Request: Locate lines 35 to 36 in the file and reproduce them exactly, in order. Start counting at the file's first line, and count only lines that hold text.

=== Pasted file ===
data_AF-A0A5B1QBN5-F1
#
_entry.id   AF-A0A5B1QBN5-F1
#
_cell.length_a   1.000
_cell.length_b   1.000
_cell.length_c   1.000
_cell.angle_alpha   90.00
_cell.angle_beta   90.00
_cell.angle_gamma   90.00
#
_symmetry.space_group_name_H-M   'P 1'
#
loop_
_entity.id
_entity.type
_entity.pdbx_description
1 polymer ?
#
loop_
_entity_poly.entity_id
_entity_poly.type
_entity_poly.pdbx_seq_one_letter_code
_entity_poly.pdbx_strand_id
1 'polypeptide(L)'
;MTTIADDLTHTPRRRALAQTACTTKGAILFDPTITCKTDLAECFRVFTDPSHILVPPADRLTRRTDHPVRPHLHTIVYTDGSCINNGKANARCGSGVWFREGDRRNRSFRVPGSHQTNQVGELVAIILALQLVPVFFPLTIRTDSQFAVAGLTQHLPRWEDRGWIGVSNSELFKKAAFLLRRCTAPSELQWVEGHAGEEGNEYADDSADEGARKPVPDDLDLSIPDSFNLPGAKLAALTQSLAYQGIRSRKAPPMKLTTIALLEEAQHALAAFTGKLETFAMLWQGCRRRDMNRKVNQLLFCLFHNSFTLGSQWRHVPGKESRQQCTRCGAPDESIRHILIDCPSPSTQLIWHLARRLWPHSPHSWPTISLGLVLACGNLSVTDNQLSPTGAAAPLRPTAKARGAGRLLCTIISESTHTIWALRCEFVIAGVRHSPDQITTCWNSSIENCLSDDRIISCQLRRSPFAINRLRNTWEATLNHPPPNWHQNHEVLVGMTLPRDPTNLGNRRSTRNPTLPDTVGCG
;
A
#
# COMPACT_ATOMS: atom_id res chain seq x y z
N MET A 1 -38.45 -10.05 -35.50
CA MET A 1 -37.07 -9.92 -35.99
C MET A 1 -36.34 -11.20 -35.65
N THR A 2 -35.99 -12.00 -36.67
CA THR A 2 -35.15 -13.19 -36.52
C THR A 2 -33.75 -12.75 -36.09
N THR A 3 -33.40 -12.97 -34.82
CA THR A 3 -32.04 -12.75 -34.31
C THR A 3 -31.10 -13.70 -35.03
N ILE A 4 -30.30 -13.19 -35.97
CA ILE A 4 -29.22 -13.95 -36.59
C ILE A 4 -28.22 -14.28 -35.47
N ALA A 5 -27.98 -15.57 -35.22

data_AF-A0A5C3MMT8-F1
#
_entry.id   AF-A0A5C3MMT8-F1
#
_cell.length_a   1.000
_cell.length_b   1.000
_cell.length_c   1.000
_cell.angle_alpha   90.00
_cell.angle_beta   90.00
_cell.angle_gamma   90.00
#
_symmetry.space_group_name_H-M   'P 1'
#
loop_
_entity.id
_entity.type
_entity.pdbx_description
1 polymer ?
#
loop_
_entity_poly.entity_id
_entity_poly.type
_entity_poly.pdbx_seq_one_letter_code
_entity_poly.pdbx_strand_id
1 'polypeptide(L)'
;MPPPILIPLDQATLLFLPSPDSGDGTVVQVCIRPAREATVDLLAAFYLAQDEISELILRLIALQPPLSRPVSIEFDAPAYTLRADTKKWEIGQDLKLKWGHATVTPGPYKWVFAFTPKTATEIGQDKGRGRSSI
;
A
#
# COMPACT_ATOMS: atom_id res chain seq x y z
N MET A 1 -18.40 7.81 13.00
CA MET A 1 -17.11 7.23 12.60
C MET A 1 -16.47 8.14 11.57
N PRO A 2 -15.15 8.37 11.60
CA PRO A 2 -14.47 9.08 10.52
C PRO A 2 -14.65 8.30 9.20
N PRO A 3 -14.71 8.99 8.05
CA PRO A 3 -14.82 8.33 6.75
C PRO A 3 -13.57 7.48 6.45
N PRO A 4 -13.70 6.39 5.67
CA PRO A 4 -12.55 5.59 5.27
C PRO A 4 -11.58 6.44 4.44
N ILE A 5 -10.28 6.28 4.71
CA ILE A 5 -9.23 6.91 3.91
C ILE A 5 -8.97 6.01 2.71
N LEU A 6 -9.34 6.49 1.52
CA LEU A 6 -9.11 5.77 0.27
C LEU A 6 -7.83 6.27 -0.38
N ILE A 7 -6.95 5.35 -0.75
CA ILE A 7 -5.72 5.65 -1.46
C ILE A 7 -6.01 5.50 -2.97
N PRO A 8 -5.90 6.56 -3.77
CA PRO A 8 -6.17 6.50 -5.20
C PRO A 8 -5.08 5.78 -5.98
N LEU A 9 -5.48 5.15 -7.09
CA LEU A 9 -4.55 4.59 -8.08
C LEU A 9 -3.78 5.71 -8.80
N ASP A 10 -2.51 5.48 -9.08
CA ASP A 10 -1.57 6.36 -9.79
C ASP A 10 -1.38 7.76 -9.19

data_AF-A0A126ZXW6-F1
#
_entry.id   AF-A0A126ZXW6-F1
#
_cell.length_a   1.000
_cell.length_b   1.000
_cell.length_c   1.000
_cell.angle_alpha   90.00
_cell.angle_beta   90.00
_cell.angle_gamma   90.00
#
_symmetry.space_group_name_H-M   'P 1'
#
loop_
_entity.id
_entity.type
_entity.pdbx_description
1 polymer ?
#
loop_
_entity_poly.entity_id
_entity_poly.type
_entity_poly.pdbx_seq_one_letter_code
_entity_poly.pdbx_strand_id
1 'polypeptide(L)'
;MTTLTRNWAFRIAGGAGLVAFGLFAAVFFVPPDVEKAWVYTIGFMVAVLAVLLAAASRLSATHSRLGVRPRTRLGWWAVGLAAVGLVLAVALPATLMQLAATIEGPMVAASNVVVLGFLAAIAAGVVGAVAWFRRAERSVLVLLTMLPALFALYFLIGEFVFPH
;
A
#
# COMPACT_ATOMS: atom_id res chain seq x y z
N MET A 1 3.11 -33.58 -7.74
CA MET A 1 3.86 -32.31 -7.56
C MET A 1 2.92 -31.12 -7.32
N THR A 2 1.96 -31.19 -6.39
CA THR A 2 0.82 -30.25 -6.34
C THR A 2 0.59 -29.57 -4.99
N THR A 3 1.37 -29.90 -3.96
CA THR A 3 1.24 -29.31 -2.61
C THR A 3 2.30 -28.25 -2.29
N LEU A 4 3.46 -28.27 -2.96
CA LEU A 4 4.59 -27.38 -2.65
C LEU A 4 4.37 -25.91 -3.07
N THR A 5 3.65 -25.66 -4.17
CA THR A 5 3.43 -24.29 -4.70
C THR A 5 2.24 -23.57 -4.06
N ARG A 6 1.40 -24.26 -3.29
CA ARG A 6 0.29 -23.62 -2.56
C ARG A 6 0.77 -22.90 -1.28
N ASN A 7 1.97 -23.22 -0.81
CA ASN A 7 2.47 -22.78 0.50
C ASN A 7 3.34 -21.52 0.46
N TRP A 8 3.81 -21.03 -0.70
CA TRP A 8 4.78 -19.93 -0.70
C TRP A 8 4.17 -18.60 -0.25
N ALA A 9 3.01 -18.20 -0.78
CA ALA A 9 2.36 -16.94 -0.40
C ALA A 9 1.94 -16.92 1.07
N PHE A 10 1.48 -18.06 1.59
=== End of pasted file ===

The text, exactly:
CA THR A 2 -35.15 -13.19 -36.52
C THR A 2 -33.75 -12.75 -36.09